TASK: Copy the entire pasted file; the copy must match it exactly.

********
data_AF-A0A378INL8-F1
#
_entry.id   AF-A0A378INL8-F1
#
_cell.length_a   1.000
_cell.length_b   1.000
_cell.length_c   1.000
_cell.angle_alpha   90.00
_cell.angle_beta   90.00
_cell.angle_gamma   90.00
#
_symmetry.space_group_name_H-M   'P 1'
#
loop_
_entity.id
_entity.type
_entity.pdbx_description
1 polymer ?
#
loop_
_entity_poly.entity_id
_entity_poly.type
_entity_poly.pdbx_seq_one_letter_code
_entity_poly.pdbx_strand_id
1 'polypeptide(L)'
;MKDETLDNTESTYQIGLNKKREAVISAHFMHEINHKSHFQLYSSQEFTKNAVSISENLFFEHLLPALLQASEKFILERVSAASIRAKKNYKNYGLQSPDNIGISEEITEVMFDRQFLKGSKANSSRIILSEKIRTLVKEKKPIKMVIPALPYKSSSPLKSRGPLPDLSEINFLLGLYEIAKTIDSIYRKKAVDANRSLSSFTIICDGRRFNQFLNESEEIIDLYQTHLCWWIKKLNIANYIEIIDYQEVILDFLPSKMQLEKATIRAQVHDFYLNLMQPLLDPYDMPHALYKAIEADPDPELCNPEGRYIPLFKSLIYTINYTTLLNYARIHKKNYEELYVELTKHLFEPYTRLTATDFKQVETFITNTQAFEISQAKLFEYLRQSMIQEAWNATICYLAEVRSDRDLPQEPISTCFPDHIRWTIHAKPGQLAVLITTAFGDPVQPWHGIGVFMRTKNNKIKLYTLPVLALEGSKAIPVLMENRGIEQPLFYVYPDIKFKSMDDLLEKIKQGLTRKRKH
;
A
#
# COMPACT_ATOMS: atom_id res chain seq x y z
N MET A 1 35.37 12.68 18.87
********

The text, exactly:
data_AF-A0A378INL8-F1
#
_entry.id   AF-A0A378INL8-F1
#
_cell.length_a   1.000
_cell.length_b   1.000
_cell.length_c   1.000
_cell.angle_alpha   90.00
_cell.angle_beta   90.00
_cell.angle_gamma   90.00
#
_symmetry.space_group_name_H-M   'P 1'
#
loop_
_entity.id
_entity.type
_entity.pdbx_description
1 polymer ?
#
loop_
_entity_poly.entity_id
_entity_poly.type
_entity_poly.pdbx_seq_one_letter_code
_entity_poly.pdbx_strand_id
1 'polypeptide(L)'
;MKDETLDNTESTYQIGLNKKREAVISAHFMHEINHKSHFQLYSSQEFTKNAVSISENLFFEHLLPALLQASEKFILERVSAASIRAKKNYKNYGLQSPDNIGISEEITEVMFDRQFLKGSKANSSRIILSEKIRTLVKEKKPIKMVIPALPYKSSSPLKSRGPLPDLSEINFLLGLYEIAKTIDSIYRKKAVDANRSLSSFTIICDGRRFNQFLNESEEIIDLYQTHLCWWIKKLNIANYIEIIDYQEVILDFLPSKMQLEKATIRAQVHDFYLNLMQPLLDPYDMPHALYKAIEADPDPELCNPEGRYIPLFKSLIYTINYTTLLNYARIHKKNYEELYVELTKHLFEPYTRLTATDFKQVETFITNTQAFEISQAKLFEYLRQSMIQEAWNATICYLAEVRSDRDLPQEPISTCFPDHIRWTIHAKPGQLAVLITTAFGDPVQPWHGIGVFMRTKNNKIKLYTLPVLALEGSKAIPVLMENRGIEQPLFYVYPDIKFKSMDDLLEKIKQGLTRKRKH
;
A
#
# COMPACT_ATOMS: atom_id res chain seq x y z
N MET A 1 35.37 12.68 18.87